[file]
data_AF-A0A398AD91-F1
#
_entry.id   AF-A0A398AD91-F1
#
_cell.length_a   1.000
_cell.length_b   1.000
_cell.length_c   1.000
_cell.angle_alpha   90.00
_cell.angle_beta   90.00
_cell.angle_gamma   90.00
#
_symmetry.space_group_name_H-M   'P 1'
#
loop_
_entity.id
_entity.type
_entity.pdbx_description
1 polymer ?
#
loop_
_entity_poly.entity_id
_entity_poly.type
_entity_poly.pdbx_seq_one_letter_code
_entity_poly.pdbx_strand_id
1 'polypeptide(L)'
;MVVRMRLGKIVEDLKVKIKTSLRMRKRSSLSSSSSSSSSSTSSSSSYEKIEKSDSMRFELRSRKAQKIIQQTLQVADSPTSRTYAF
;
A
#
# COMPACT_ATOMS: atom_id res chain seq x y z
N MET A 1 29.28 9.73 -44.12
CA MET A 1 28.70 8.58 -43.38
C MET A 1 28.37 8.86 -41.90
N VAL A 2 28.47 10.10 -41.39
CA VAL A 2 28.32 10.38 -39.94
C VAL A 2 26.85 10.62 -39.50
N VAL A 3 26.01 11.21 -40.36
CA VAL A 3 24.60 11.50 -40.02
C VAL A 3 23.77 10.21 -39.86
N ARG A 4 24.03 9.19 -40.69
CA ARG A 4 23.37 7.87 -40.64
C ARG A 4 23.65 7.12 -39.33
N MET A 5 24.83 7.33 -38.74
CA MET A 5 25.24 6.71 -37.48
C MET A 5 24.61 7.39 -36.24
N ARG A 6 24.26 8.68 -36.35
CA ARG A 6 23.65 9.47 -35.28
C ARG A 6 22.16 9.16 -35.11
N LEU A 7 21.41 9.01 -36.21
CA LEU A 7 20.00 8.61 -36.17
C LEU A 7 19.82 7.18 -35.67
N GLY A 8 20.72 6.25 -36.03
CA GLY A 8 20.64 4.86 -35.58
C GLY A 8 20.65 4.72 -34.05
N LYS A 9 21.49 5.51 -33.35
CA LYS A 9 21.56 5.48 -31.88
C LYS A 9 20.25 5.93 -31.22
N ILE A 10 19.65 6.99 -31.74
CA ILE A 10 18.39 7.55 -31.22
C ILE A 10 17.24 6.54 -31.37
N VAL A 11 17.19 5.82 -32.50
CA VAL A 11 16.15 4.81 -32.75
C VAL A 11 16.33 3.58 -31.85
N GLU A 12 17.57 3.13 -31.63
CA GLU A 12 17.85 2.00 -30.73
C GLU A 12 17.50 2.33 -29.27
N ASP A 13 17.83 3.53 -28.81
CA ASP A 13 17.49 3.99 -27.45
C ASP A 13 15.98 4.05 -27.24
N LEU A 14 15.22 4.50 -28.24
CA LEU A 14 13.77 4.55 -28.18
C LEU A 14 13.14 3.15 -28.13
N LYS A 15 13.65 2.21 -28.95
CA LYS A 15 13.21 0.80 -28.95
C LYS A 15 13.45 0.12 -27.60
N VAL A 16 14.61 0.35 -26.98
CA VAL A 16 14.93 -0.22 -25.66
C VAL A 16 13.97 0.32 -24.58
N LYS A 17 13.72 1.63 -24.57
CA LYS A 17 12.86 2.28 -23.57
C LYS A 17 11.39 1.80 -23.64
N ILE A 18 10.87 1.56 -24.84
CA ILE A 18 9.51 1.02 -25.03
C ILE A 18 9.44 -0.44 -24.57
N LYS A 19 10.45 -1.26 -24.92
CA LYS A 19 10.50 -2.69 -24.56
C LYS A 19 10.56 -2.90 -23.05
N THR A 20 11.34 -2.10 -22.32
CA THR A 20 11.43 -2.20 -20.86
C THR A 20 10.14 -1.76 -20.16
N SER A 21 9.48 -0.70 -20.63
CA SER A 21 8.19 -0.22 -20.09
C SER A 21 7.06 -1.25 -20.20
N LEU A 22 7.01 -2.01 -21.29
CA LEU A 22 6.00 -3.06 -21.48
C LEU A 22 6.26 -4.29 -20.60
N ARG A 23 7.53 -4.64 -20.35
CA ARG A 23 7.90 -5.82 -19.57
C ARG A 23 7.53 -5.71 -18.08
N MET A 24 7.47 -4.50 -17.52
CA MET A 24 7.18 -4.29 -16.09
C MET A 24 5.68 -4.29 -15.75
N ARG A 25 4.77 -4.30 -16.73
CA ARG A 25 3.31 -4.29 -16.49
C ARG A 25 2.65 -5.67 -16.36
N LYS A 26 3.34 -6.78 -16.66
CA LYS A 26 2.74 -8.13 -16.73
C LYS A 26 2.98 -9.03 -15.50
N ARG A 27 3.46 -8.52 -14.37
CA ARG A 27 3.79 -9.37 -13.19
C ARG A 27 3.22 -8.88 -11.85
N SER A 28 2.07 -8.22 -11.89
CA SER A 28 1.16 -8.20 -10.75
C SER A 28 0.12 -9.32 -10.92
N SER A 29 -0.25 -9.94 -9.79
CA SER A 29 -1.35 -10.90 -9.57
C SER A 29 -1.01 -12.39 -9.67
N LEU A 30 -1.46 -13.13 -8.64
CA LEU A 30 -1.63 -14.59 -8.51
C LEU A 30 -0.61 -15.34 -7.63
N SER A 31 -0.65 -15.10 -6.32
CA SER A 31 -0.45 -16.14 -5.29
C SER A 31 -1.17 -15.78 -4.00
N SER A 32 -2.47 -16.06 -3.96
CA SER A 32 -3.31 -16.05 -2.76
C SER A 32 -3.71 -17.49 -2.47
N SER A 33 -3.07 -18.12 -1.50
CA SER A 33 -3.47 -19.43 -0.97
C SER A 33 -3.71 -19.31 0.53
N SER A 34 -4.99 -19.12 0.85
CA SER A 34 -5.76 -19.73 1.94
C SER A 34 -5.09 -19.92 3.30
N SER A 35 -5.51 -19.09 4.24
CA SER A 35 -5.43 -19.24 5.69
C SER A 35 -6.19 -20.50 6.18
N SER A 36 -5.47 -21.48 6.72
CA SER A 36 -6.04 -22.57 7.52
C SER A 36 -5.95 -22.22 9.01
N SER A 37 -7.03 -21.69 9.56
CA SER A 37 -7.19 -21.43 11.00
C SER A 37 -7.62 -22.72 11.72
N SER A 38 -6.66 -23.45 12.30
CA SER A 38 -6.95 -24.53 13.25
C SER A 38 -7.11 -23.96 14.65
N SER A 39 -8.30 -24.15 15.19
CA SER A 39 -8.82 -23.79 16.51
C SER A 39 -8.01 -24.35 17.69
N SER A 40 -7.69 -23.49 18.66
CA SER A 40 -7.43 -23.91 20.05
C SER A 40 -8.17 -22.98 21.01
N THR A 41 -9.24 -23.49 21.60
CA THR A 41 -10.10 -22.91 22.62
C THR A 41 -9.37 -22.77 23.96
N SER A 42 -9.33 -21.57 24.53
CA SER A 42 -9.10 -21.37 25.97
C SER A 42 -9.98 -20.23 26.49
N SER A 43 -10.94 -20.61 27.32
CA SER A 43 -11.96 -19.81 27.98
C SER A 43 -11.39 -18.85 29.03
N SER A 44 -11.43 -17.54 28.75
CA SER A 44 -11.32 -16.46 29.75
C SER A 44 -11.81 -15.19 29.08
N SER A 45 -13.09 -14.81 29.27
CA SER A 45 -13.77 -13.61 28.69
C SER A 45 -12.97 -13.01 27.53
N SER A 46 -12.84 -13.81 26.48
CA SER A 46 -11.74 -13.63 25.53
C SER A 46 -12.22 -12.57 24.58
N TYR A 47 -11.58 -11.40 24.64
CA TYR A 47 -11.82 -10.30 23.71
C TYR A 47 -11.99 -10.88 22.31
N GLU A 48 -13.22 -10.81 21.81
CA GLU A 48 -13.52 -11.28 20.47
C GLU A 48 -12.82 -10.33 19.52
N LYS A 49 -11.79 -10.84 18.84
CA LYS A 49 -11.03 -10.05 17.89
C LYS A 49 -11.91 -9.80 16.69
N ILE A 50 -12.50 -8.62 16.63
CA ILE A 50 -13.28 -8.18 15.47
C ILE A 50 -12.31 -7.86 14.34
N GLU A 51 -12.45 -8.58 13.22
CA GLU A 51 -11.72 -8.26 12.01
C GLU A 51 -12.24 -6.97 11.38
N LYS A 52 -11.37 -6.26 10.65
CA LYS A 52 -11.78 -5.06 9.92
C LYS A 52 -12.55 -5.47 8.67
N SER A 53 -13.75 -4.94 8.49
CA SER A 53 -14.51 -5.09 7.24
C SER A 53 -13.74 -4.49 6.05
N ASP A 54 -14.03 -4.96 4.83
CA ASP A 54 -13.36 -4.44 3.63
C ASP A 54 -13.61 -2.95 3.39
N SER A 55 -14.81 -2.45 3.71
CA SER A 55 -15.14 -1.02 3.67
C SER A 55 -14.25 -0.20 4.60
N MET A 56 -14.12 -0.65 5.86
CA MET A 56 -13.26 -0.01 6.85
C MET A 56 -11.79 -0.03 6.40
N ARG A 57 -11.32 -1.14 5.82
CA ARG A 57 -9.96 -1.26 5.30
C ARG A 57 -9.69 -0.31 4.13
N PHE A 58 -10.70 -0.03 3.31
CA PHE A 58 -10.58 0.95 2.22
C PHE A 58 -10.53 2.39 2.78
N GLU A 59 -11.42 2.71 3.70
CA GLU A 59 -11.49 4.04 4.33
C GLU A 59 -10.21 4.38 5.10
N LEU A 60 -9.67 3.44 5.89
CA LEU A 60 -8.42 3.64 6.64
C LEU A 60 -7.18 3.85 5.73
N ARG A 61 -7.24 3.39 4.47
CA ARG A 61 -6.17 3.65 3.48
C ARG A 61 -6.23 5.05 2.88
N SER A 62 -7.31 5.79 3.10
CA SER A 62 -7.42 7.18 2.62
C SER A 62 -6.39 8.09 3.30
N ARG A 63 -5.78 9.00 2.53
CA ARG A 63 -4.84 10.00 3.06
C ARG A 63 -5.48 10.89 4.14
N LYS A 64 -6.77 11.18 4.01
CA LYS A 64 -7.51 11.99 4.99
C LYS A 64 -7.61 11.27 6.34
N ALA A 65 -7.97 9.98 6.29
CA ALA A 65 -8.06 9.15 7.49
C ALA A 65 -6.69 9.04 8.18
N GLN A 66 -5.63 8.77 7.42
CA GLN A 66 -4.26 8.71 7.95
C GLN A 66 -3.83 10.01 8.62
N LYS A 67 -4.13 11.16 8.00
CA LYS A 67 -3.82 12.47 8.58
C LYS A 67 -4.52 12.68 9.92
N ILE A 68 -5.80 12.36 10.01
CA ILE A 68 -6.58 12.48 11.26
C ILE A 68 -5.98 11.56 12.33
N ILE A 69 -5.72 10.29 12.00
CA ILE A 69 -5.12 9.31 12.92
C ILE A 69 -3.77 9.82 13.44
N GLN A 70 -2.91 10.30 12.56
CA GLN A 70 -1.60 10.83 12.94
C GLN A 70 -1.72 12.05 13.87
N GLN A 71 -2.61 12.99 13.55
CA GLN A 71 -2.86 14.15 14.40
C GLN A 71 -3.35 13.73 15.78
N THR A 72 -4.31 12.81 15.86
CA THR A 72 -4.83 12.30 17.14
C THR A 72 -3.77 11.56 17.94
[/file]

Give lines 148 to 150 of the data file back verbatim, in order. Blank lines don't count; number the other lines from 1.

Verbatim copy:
N SER A 40 -7.69 -23.49 18.66
CA SER A 40 -7.43 -23.91 20.05
C SER A 40 -8.17 -22.98 21.01